From the BPI Squirrel:

That’s what NBC football commentator Cris Collinsworth said last night about the thankfully defunct 24, Fox’s espionage-conspiracy series that was less drama than torture porn. Super-agent Jack Bauer repeatedly abused other characters to get information, and it always worked. And Collinsworth watched this with his family?

Squirrels don’t usually watch football, but the baby is coming into his teen months and was excited about the contest between the Brothers Manning. So we stretched out in front of my Blewberry with a bowl of macadamias and watched the first half. At halftime all the buzz was about NBC’s new espionage-conspiracy series, The Event, which debuts tonight at 9pm. The show’s ads say it will be a cross between blockbusters Lost and 24, and The Event‘s executive producer also worked on 24. According to production notes, The Event will be about:

… a man who, while investigating the mysterious disappearance of his girlfriend, ends up unraveling the biggest cover-up in U.S. history; a coverup which shapes the very core of mankind as a whole, whose implications are lifechanging.

Okay. Conspiracy thrillers can be good entertainment. Twin Peaks, The X-Files, and now Fringe are television examples. There are many in novels as well, including the Office 119 series. So long as you don’t take them seriously, conspiracy theories offer a rich vein of mythology for fiction writers. Maybe The Event will do it well.

But 24 was hardly what I’d call family entertainment. Fox broadcast it in the 9pm slot because it wasn’t family viewing. The torture aside – and it’s impossible to set that aside with 24 – the show invoked brute force as the solution for almost every problem. In one season the trailer announcer’s voice boomed: “All hail the power of Bauer.”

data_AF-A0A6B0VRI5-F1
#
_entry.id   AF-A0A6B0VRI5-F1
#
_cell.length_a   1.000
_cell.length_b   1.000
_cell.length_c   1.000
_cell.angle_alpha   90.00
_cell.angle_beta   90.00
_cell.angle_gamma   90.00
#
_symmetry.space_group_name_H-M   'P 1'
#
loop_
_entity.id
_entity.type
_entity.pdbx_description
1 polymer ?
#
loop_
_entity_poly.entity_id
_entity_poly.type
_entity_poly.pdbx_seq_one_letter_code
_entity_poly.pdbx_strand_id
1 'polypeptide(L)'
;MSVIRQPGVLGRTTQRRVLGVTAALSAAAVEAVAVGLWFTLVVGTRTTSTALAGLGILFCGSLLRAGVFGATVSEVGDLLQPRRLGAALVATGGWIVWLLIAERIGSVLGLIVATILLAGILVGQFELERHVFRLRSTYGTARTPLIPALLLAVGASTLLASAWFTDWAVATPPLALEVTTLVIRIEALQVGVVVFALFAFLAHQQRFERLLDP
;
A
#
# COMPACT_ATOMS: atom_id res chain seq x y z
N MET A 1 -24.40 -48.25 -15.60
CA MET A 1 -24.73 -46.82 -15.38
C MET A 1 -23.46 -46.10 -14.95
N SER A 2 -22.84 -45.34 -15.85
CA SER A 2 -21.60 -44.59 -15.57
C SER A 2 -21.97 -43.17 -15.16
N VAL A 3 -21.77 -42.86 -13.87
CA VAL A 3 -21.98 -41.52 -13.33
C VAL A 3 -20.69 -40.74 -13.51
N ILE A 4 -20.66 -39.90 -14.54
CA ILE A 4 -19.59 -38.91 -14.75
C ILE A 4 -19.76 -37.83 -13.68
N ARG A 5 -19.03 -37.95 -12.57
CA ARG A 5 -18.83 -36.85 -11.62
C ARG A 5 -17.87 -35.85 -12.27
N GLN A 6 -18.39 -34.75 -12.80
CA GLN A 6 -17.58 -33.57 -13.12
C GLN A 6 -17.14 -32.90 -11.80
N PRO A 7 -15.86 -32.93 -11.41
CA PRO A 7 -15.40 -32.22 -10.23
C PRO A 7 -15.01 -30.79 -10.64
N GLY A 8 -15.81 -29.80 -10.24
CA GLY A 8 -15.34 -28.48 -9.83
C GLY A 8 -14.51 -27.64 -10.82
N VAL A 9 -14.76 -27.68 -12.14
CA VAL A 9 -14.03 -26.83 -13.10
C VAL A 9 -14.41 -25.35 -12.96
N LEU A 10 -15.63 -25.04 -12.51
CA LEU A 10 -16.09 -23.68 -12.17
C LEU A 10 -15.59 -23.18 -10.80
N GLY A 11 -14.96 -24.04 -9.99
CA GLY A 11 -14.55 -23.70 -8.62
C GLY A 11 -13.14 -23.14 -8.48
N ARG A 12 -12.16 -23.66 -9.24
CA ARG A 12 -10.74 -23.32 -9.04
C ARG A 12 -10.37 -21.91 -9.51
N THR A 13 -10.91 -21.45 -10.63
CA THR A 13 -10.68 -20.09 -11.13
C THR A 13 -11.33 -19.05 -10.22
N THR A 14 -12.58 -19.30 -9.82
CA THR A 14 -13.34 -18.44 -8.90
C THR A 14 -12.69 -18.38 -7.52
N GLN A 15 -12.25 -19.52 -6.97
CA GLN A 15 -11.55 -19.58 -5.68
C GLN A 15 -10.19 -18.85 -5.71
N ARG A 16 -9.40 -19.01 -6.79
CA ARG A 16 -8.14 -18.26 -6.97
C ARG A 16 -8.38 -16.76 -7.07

The show’s villains were implacably evil, and America’s only defense was shoot-first-ask-later Jack Bauer. If his superiors at his fictional CTU, or even the president or Congress tried to rein him in or hold him accountable, they were portrayed as weak, or perhaps even part of the conspiracy he was investigating. Small wonder that more than one Tea Party Republican in Congress cited 24 in hearings about banning torture. The show popularized their worldview, so much that military officers finally asked the show’s producers to tone it down … because too many service members were treating it as a training video.

Not everyone who watched 24 supported torture as policy. One of the show’s writers even claimed to oppose torture, though he still rationalized writing it into the series. But the show helped shape a culture wherein there was a serious debate about whether the U.S. should permit torture … a debate I would never have imagined even a decade ago.

Again, The Event has a different premise and may be fun entertainment. But I won’t be watching it with the baby, if I watch it at all. I may be a mere squirrel, neither a former football star nor a network commentator, but I have a pretty good idea of what “family entertainment” is … and isn’t.

Or maybe I’m just cranky. It has been a few hours since breakfast….